“They’re always there to help us and guide us when we have questions, and when we do something wrong,” Sarault says. “For me, I still need some help with my technique so they’ll just help me out a bit. During training, if our attitude’s low, Kim’s always there to pat us on the back, hype us up and get us ready.”
Not all of the challenges have been directly associated with skating. For Sarault, and 21-year-old Alison Desmarais – another World Cup debutant in Calgary – making it to the Canadian national team has come with plenty of personal sacrifices, moving away from their friends and families to pursue their skating dreams.
“I’m from a really small town called Vanderhoof which has just a few thousand people,” Desmarais says. “But this means you have to leave to get the next-level training opportunities, and leave your support network behind. I moved to Calgary to train when I was 16, which was hard. I was very homesick for a few months but the older skaters in our training groups have always been there to help us with that.”
Now moving on to the World Cup stage, the biggest challenge for Canada’s young skaters will be adapting to the psychological demands of a fast-paced and often brutal sport, with races frequently won and lost at the highest level by a matter of millimeters. “It’s been a little bit of a shock today,” says De Serres-Rainville, after going out in the quarter-finals of the 1500m. “I thought the girls would be strong but they’re actually even stronger. It all goes really, really fast, much faster than at national level. You’re watching them on the outside, and you’re trying to decide, ‘Should I block her, should I move in front, should I stay put?’ But by that point they’re already in front and gone, and you’re like, ‘Woah’.”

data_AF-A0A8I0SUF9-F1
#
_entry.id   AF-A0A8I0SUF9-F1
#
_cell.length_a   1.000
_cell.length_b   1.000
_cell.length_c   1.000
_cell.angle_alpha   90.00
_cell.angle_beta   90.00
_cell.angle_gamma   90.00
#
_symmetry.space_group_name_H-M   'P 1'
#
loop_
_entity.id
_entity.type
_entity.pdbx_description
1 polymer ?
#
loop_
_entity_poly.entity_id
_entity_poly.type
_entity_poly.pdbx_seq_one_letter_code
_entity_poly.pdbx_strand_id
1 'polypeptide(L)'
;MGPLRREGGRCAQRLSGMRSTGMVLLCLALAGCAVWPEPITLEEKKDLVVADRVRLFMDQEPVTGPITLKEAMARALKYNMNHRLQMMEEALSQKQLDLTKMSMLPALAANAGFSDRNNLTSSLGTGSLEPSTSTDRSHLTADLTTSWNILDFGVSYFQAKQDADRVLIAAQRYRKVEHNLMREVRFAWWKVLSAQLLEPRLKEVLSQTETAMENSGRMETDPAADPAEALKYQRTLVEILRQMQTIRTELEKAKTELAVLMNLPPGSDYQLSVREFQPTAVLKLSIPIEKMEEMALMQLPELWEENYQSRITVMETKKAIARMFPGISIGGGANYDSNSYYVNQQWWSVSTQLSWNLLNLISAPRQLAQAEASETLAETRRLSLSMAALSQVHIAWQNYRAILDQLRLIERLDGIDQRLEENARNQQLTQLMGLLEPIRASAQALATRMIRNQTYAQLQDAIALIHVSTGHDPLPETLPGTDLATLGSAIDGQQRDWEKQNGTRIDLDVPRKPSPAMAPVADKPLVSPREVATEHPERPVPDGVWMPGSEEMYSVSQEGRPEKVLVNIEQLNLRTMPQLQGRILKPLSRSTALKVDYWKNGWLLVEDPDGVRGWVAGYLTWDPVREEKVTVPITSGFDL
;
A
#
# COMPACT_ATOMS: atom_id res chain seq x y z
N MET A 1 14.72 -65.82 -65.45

Camille de Serres-Rainville (CAN) 2017©International Skating Union (ISU)
For inexperienced skaters, racing the athlete next to them, rather than their reputation, can be a large part of the challenge. It’s one which De Serres-Rainville admits she still needs to work on. “All the girls we’re skating against at the World Cups went to the Olympic Games,” she says. “Last year, I was watching them on my computer, so it’s kind of hard not to be impressed by them, and instead just treat them as normal human beings. That’s the difficult bit, forgetting that they’re Olympic or World medalists, and so I do end up doubting myself a little, even though I shouldn’t. Marianne and Valerie keep telling me to believe in myself because they know what I’m capable of, even more than I do.”
However, while all the young Canadian skaters agree that while the results may not come instantly, this year’s World Cup series will provide them with vital experience on the road to Beijing 2022 and their ultimate goals of emulating their mentors on the Olympic stage.
“Right now, I’m really in the learning phase, learning how skate against these girls,” De Serres-Rainville says. “Valerie’s helping me a lot with what I can do better, trying to analyze my races so that when I make mistakes, I don’t repeat them. I think I’ll get better, the more races I do. You always race to win, but right now I’m more racing to learn. I’m not really in the phase where I’m thinking, ‘I want to win every race I can’. But it’ll come.”